Unraveling the shared genetics of common epilepsies and general cognitive ability

medRxiv [Preprint]. 2024 Mar 26:2024.03.25.24304773. doi: 10.1101/2024.03.25.24304773.


Objective: Cognitive impairment is prevalent among individuals with epilepsy, and it is possible that genetic factors can underlie this relationship. Here, we investigated the potential shared genetic basis of common epilepsies and general cognitive ability (COG).

Methods: We applied linkage disequilibrium score (LDSC) regression, MiXeR and conjunctional false discovery rate (conjFDR) to analyze different aspects of genetic overlap between COG and epilepsies. We used the largest available genome-wide association study data on COG (n = 269,867) and common epilepsies (n = 27,559 cases, 42,436 controls), including the broad phenotypes 'all epilepsy', focal epilepsies and genetic generalized epilepsies (GGE), and as well as specific subtypes. We functionally annotated the identified loci using a variety of biological resources and validated the results in independent samples.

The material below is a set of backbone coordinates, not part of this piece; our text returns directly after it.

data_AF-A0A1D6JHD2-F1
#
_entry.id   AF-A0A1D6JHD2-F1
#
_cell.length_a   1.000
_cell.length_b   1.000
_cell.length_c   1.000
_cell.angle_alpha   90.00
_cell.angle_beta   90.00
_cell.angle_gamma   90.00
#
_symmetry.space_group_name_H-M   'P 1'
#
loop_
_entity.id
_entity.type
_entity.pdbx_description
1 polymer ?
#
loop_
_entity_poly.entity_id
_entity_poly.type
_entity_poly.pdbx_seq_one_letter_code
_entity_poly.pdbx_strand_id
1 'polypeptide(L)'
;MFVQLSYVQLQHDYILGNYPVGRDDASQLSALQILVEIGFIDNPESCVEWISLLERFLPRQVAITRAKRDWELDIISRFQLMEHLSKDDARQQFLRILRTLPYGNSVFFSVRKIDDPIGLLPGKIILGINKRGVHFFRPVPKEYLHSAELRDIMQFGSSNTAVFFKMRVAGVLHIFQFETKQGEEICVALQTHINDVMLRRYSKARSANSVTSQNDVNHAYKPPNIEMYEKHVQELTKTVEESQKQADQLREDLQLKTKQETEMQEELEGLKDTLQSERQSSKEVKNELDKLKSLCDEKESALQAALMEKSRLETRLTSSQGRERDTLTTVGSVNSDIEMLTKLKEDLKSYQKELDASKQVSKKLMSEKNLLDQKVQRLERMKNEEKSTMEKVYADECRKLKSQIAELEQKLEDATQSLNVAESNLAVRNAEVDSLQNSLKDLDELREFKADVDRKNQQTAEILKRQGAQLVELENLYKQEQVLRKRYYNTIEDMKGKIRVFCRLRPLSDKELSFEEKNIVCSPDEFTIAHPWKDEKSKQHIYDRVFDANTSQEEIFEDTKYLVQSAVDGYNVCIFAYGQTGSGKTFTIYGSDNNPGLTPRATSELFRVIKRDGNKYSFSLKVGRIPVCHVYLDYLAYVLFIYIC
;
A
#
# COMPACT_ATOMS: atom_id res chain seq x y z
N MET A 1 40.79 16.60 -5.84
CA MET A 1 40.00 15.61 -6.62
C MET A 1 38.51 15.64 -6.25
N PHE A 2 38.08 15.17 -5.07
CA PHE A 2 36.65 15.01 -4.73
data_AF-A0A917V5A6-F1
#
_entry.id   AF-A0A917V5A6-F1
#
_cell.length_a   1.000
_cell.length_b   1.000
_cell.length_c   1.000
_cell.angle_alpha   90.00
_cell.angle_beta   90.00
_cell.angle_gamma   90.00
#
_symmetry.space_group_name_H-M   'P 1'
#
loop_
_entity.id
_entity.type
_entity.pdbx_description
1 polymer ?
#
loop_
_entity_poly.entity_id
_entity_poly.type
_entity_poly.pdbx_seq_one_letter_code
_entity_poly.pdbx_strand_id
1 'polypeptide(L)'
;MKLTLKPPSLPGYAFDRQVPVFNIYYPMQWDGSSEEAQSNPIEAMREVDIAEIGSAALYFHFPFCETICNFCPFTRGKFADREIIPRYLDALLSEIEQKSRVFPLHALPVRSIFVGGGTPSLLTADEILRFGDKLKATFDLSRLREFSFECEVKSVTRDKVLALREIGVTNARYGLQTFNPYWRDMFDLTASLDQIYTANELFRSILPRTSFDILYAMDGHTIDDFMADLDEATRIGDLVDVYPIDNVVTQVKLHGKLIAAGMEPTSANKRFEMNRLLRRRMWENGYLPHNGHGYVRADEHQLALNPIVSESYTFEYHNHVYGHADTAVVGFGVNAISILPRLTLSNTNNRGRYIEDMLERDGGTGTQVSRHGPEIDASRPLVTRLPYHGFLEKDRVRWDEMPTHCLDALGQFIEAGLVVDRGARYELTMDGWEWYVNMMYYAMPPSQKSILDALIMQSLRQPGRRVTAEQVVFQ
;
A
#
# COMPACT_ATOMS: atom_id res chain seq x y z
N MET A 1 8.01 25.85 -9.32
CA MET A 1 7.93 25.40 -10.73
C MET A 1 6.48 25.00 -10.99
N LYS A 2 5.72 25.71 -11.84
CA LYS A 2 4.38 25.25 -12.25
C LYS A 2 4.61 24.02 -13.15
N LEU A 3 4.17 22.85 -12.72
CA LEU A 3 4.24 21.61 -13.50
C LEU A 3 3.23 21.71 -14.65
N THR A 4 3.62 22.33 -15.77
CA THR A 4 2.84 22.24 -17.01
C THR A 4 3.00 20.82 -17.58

Results: Using MiXeR, COG (11.2k variants) was estimated to be almost four times more polygenic than 'all epilepsy', GGE, juvenile myoclonic epilepsy (JME), and childhood absence epilepsy (CAE) (2.5k - 2.9k variants). The other epilepsy phenotypes were insufficiently powered for analysis. We show extensive genetic overlap between COG and epilepsies with significant negative genetic correlations (-0.23 to -0.04). COG was estimated to share 2.9k variants with both GGE and 'all epilepsy', and 2.3k variants with both JME and CAE. Using conjFDR, we identified 66 distinct loci shared between COG and epilepsies, including novel associations for GGE (27), 'all epilepsy' (5), JME (5) and CAE (5). The implicated genes were significantly expressed in multiple brain regions. The results were validated in independent samples (COG: p = 1.0 × 10-14; 'all epilepsy': p = 5.6 × 10-3).

Significance: Our study demonstrates a substantial genetic basis shared between epilepsies and COG and identifies novel overlapping genomic loci. Enhancing our understanding of the relationship between epilepsies and COG may lead to the development of novel comorbidity-targeted epilepsy treatments.

Publication types

  • Preprint